Pediatric Potpourri

  • Jonathan H. RossEmail author
Part of the Current Clinical Urology book series (CCU)


Primary care physicians who treat children will frequently encounter urological disorders. Painless scrotal masses include hydroceles, hernias, and tumors. Hydroceles that fail to resolve by 1 year of age, and all hernias, require surgical correction. Tumors are managed by excision or orchiectomy. Prenatally detected hydronephrosis is evaluated postnatally with ultrasonography, VCUG, and renal scan. Some hydronephrotic conditions will improve spontaneously while others require surgical intervention. Undescended testicles are common and should be repaired at 6–12 months of age if they fail to descend spontaneously. Children and adolescents presenting with an acute scrotum require emergent evaluation for testicular torsion which can be diagnosed on physical exam and Doppler ultrasound. Emergent surgical intervention is required. Other causes of acute scrotum include torsion of the appendix testis which resolves without therapy and epididymoorchitis which is treated with antibiotics. Minor complications of circumcision and foreskin issues in uncircumcised boys can be managed by observation, steroid cream, or minor surgical procedures. An understanding of the normal care of the foreskin is important to avoid unnecessary interventions. Diurnal and nocturnal enuresis is common and may be treated with behavioral and/or medical approaches. Ultrasound and noninvasive urodynamics are helpful in selected patients. Varicoceles occur in 15 % of adolescent boys. Treatment should be considered if the left testis is consistently and significantly smaller than the right.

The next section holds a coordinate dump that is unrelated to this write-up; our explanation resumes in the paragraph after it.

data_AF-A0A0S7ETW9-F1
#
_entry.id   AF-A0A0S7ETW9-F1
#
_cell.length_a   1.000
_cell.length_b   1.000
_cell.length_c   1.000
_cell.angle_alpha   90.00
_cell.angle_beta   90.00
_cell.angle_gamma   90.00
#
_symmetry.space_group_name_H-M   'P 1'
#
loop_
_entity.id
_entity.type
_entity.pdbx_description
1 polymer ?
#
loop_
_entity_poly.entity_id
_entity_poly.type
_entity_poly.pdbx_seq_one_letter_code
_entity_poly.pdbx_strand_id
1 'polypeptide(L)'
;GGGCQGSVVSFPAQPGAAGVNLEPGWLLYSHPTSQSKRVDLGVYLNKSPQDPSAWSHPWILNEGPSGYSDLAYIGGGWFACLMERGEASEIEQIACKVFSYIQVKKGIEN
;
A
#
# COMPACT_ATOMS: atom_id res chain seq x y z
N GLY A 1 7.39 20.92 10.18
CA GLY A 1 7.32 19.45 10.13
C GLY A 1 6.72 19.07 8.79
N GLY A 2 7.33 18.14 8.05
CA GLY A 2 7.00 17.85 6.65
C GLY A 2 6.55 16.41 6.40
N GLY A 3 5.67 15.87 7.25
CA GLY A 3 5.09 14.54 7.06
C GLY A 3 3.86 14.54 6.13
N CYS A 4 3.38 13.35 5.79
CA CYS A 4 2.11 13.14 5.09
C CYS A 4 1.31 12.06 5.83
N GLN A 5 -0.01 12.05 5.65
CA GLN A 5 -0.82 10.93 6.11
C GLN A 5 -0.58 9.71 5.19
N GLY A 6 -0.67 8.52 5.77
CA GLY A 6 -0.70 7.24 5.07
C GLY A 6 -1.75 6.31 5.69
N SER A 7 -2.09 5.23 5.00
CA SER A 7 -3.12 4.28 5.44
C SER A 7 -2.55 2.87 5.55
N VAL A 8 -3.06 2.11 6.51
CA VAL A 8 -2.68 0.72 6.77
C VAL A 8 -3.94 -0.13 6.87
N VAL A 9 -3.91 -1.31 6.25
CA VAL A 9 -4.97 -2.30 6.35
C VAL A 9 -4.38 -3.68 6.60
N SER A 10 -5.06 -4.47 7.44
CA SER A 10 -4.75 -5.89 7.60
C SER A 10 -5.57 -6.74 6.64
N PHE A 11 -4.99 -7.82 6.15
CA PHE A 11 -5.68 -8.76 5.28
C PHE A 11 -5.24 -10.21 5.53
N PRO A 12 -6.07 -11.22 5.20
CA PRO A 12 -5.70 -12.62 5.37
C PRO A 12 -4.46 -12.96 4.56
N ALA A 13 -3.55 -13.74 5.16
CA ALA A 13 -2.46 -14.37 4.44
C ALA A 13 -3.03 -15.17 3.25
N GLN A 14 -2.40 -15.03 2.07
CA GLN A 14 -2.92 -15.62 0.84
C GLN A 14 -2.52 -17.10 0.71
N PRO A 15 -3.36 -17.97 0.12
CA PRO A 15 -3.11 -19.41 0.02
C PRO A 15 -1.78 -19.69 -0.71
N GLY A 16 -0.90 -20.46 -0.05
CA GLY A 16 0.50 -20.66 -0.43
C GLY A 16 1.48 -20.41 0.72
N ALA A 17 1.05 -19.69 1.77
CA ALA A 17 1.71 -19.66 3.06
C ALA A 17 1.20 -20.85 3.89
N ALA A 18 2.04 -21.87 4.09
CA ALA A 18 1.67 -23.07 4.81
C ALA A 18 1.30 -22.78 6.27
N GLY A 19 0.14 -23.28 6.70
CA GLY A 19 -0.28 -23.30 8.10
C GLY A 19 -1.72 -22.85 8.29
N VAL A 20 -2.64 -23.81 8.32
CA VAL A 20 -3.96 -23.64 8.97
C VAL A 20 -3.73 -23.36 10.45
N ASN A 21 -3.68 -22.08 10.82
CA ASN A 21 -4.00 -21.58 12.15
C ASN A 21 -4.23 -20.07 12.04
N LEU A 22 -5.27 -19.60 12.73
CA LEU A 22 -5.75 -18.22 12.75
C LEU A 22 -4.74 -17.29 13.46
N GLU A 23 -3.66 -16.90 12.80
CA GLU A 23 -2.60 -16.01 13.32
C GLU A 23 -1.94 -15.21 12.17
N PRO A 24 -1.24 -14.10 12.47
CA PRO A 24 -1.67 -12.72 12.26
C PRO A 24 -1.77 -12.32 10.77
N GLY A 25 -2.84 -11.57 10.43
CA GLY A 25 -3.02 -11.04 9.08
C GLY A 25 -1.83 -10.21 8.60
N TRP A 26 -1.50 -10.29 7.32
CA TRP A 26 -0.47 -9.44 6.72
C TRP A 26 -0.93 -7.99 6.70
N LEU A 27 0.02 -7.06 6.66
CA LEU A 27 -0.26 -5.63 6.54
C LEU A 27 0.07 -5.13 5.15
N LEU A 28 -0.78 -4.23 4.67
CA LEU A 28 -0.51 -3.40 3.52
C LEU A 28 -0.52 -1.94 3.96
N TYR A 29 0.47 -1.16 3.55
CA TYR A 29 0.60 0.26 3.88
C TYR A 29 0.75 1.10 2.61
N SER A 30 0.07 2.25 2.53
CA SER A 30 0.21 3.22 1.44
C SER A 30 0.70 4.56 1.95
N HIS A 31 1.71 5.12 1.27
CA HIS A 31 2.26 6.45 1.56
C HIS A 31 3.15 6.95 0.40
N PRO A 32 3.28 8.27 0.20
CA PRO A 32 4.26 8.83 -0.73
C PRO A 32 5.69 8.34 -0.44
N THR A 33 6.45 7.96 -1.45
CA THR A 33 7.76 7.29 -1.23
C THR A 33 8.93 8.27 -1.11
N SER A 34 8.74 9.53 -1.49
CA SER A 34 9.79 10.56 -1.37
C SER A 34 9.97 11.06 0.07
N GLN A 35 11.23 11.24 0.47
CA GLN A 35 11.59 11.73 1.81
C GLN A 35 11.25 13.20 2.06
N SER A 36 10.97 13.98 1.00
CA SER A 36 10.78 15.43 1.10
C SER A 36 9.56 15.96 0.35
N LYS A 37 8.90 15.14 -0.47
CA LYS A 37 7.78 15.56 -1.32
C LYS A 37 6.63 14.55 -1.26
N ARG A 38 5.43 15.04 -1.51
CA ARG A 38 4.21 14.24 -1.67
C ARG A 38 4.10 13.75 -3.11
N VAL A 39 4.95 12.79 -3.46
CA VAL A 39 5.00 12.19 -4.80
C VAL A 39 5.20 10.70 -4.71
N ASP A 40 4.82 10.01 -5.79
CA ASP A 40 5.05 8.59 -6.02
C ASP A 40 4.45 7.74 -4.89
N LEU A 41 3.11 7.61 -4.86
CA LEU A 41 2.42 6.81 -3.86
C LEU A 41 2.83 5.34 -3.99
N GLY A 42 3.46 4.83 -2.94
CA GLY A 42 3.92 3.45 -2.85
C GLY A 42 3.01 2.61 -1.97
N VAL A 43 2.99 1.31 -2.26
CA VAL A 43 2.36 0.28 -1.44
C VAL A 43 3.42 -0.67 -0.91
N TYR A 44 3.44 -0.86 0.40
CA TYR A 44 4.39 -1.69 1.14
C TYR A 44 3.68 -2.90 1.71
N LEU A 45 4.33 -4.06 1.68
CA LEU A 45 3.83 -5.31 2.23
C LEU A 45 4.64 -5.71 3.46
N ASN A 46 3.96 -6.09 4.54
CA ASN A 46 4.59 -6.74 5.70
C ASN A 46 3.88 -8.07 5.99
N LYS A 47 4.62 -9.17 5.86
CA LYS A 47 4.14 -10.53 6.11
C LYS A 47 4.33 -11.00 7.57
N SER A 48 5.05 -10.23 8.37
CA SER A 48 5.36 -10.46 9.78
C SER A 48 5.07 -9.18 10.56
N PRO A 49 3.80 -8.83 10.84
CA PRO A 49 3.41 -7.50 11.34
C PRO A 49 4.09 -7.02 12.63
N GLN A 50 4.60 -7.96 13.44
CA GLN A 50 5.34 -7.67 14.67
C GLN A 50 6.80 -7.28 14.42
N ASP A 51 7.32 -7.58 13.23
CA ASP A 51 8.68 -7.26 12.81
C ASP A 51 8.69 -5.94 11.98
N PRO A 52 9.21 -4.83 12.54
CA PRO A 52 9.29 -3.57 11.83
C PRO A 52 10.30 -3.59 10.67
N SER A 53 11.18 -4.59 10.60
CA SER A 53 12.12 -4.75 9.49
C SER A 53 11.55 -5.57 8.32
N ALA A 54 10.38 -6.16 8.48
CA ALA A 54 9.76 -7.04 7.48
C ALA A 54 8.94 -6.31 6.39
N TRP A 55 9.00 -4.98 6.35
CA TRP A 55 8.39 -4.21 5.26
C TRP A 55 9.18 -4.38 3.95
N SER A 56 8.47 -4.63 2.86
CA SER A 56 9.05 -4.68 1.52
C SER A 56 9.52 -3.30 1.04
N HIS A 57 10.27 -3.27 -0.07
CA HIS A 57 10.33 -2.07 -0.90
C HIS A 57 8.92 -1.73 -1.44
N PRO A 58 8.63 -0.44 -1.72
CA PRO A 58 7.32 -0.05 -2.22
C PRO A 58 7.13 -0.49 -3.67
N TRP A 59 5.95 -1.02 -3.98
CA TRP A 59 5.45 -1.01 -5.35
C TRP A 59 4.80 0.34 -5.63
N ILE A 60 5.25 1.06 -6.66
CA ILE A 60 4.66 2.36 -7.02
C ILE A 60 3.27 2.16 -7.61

Congenital Adrenal Hyperplasia Undescended Testis Posterior Urethral Valve Testicular Torsion Scrotal Mass 
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Copyright information

© Springer Science+Business Media New York 2012

Authors and Affiliations

  1. 1.Division of Pediatric Urology, Department of UrologyUniversity Hospitals Rainbow Babies and Children’s HospitalClevelandUSA

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